Date: 2014
  3. By: Cara Orfield; Sheila Hoag; Debra Lipson
    Keywords: Competitive Grant Making, Local Governments, Health Coverage
    JEL: I
    Date: 2015–05–20
  4. By: Dang, Rui
    Abstract: In this paper, we decompose body mass index (BMI) differences between Turkish immigrants and Germans in West Germany for women and men. We focus on isolating the part of BMI differences that can be explained by differences in observed socioeconomic status from the part attributable to differences in coefficients. Our results reveal that female Turkish immigrants are on average more obese than female Germans; however, there exists no significant difference in obesity among males. Our results also indicate that differences in socioeconomic status between female Turkish immigrants and Germans explain significant parts of the obesity disparities between these two groups.
    Abstract: Diese Studie gibt Aufschluss über die Unterschiede des Body-Mass-Index (BMI) zwischen türkischen Einwanderern und Deutschen in Westdeutschland, sowohl bei Männern als auch bei Frauen. Wir grenzen dabei den Bereich des BMI, der sich mit den Differenzen des beobachteten sozioökonomischen Status erklären lässt, einschließlich Alter, Bildungsgrad, Einkommen und beruflicher Stellung, von dem Bereich ab, der Unterschieden in den Koeffizienten zuzuordnen ist. Unsere Ergebnisse zeigen, dass weibliche, türkische Einwanderer durchschnittlich fettleibiger sind als weibliche Deutsche, jedoch besteht hinsichtlich von Übergewicht jedoch signifikanter Unterschied zwischen männlichen türkischen Einwanderern und männlichen Deutschen. Unsere Ergebnisse zeigen außerdem, dass Unterschiede im sozioökonomischen Status zwischen weiblichen, türkischen Einwanderern und gebürtigen Deutschen signifikante Bereiche der Unterschiede beim Übergewicht zwischen diesen beiden Gruppen erklären.
    Keywords: BMI disparity,Turkish immigrants in Germany,decomposition,quantile regression
    JEL: J15 I14 C21
    Date: 2015
  5. By: KEYA Sengupta (Indian Institute of Management)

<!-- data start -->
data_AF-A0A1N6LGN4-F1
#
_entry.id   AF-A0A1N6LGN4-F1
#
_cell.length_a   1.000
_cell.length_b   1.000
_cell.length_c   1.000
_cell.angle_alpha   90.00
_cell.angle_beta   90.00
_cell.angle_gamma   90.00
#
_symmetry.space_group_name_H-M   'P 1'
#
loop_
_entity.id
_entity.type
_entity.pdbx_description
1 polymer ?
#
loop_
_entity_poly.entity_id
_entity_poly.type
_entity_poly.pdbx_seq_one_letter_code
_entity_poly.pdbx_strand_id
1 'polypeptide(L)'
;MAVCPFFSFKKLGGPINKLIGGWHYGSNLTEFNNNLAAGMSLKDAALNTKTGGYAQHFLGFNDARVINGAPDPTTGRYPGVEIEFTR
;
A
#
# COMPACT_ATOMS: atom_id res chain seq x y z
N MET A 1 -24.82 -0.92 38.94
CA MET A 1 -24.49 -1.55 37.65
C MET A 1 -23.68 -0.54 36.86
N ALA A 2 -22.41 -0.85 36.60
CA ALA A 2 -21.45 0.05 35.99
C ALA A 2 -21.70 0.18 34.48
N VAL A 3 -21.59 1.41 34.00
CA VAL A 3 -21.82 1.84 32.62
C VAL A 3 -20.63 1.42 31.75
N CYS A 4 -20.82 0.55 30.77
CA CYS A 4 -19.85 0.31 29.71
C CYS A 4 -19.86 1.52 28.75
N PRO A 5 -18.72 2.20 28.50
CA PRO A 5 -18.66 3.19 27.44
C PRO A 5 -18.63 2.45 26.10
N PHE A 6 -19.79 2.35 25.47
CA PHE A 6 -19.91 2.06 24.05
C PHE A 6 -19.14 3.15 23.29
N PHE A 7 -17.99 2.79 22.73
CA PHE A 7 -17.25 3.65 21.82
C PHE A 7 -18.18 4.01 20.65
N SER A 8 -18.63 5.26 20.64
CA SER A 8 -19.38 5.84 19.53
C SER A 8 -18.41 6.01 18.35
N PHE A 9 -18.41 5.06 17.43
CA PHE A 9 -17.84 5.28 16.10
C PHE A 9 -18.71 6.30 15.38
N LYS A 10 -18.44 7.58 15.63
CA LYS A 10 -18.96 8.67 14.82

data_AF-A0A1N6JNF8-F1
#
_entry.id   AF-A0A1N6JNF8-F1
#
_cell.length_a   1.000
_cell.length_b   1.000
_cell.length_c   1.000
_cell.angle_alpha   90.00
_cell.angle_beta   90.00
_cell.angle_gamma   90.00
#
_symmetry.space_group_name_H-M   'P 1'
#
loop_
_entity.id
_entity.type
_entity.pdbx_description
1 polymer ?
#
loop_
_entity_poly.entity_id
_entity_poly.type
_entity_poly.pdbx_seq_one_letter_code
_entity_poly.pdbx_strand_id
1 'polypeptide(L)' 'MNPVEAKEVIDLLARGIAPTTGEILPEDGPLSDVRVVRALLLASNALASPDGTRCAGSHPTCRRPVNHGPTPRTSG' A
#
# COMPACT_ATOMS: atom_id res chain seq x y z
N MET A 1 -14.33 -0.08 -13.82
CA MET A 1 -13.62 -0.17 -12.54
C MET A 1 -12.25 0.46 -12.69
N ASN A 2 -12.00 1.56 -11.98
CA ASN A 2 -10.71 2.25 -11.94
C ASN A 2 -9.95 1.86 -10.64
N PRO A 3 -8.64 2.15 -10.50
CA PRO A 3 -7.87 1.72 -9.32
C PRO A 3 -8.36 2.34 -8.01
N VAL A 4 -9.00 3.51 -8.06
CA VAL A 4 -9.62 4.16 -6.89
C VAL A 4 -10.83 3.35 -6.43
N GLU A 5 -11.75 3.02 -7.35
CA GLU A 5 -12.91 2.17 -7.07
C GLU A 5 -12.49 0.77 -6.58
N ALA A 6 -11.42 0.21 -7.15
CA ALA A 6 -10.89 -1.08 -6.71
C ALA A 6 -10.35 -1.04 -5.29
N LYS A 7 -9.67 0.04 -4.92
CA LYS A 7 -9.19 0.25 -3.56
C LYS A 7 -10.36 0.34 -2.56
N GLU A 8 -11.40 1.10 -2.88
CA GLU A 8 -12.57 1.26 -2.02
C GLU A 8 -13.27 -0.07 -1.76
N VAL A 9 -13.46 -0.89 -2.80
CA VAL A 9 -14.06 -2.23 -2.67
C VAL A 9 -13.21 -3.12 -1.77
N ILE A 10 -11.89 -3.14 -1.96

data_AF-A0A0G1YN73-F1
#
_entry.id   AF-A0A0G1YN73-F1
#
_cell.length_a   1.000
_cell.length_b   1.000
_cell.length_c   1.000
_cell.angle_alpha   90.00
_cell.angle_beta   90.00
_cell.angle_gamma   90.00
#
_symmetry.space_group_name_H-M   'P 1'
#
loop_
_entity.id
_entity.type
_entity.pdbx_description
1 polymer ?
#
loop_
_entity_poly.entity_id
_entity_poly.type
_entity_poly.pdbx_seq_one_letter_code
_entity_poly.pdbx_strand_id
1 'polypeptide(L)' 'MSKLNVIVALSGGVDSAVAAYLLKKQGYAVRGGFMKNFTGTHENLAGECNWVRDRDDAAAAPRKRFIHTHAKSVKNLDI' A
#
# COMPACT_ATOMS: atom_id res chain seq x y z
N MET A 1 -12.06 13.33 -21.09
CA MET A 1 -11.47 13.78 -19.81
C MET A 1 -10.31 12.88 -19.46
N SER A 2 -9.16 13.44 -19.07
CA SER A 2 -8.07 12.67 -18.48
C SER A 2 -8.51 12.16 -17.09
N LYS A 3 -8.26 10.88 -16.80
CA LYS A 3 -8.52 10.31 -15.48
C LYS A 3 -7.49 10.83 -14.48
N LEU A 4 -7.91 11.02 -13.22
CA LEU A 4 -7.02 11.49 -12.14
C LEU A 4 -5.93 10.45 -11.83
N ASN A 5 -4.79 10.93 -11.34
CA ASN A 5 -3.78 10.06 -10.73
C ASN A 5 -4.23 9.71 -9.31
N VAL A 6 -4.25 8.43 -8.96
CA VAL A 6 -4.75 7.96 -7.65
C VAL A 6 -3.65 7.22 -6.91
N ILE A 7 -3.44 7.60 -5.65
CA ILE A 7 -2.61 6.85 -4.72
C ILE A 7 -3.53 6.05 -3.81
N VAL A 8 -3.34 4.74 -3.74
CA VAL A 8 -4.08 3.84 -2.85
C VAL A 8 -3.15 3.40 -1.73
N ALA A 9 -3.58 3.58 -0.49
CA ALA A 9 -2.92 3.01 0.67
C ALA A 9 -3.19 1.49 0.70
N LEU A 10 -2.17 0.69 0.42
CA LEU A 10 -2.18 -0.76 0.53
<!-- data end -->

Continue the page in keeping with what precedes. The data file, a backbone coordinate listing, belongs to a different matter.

Abstract: Health expenditure is an important determinant of the health status and economic development of a nation. Experience has revealed that countries which assign due recognition to this aspect have healthier and more productive human capital. This in turn raises the GDP of a nation, in contrast to countries which spend less on health sector. Health care users, particularly in poor and developing countries have to spend more on ‘out of pocket’ expenses, because in such countries public health expenditure falls short perhaps due to inadequate resources. Expenditure on health sector therefore has higher return in terms of health outcomes and economic development in poor and developing countries in comparison to already developed countries.The present work with the help of data from all the states and union territories of India examined the impact of per capita health expenditure on infant and child mortality separately for the urban and rural sector of India using lagged multiple regression models. The findings of the study reveal that health expenditure taken alone do not have any impact on the health parameters. However, inclusion of mother’s education and the poverty level of the household represented by per capita income, increases the effectiveness of health expenditure, which then becomes an effective tool for improving the health parameters of infant and child mortality. This implies that where the health beneficiaries are poor, level of education is low, awareness is less, and particularly in the rural sector public health expenditure is not incurred judiciously. However, consciousness of educated health beneficiaries make the ones who incur the health expenditure to be more careful as how the money is spent. Proper management, supervision and monitoring thereby assumes more importance. Ultimately therefore it is not always the amount of finance, but more important becomes how the money is spent. The study also reveals that there is a clear dichotomy in India between the rural and urban sector. Rural sector representing the less developed nations of the world, whereas urban India has situation similar to the developed world. This clearly focuses attention to the fact that uniform policies of health expenditure for the entire country may not be very effective and separate policies which should be based on the specific need and problems of spatial differences needs to be devised.